6. Make basic tonal tweaks
Drag your raw file into Affinity Photo and it’ll open into the Develop Persona. We can begin in the Basic Panel by using the tonal sliders to improve the tones. Here we’ve used the Exposure slider to lift the tones slightly, then dragged the Blacks slider to the right to deepen the shadows. If you don’t like the results given by a setting, you can double-click any slider to reset it to its default value.
Capture your light trails photo
Shooting light trails is a technique anyone can try. You really don’t need a lot of equipment – any camera that gives you manual control over the shutter speed and a decent tripod to keep the camera stationary are pretty much it. The effect is simple to achieve: set a relatively long exposure on the camera, and any light source that moves while the picture is being taken will be recorded as a bright line.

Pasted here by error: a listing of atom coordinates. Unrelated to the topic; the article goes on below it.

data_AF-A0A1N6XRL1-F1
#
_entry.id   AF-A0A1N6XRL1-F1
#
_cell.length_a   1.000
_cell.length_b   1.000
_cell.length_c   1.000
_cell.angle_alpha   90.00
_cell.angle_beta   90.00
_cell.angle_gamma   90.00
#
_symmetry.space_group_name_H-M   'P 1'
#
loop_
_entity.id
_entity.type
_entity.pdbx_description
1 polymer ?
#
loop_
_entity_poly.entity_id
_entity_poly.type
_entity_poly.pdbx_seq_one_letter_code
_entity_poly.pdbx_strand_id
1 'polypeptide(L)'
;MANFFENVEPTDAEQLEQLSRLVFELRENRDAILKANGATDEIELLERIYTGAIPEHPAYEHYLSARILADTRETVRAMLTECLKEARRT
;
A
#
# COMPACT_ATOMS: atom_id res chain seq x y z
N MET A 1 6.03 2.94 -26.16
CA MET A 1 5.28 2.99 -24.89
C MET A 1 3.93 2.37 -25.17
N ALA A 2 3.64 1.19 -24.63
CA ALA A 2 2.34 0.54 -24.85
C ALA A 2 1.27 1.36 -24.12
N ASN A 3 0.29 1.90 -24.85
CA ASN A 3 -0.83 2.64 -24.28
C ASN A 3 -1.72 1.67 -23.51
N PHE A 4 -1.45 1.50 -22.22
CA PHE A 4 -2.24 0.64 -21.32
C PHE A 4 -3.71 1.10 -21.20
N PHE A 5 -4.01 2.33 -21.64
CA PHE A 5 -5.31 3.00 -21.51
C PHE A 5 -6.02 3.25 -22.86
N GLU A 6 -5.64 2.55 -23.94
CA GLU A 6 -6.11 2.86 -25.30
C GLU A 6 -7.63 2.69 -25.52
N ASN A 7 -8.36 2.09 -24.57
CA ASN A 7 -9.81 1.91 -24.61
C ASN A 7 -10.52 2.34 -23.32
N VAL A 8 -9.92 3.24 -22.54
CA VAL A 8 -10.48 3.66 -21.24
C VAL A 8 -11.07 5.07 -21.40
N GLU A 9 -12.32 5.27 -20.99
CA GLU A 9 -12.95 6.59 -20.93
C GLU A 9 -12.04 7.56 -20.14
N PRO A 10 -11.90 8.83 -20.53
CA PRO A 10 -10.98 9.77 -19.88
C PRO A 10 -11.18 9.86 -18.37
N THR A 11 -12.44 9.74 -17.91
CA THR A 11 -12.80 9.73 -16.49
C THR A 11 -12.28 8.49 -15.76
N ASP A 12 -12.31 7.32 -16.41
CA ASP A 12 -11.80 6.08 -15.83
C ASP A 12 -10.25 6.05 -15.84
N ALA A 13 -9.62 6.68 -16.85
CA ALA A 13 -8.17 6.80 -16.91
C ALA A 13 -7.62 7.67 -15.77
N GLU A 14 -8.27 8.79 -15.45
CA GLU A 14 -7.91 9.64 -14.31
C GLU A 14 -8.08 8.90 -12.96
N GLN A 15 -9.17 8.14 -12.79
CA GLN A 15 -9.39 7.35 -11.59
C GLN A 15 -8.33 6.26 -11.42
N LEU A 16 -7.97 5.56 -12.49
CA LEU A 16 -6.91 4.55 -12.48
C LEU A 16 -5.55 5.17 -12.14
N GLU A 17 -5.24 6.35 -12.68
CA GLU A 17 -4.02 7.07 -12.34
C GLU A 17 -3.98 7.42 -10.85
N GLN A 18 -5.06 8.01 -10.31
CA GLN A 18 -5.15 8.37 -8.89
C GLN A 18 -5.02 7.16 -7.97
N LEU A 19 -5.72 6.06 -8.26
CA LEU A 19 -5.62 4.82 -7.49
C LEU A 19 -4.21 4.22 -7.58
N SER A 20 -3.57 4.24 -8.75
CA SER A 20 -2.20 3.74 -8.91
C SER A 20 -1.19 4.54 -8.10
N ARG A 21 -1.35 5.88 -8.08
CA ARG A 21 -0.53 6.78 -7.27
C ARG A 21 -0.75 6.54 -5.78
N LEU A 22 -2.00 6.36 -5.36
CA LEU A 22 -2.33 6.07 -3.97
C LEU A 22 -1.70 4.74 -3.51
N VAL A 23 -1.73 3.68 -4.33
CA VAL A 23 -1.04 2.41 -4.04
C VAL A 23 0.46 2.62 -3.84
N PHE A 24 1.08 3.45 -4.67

Hit the ground running
For a classic take on light trail photography, head to a bridge above your nearest motorway or dual carriageway. The raised viewpoint will enable you to fill more of the frame with trails as the traffic streams from the foreground to the vanishing point. It also means you’ll be able to capture the white lines of oncoming headlights and red streaks from rear lights in the same frame, creating a pleasing visual balance.
It’s a good idea to set up your shot in daylight, so that you can make the most of the opportunity as twilight arrives. Shooting while there’s still some color in the sky makes it easier to create more balanced exposures which have detail in the sky and the foreground, as well as adding interest. Light trail shots taken in the dead of night can end up looking bottom-heavy – even floodlit buildings in the scene can appear lost when framed against a stark black background, so really go to town during the blue hour or at sunset.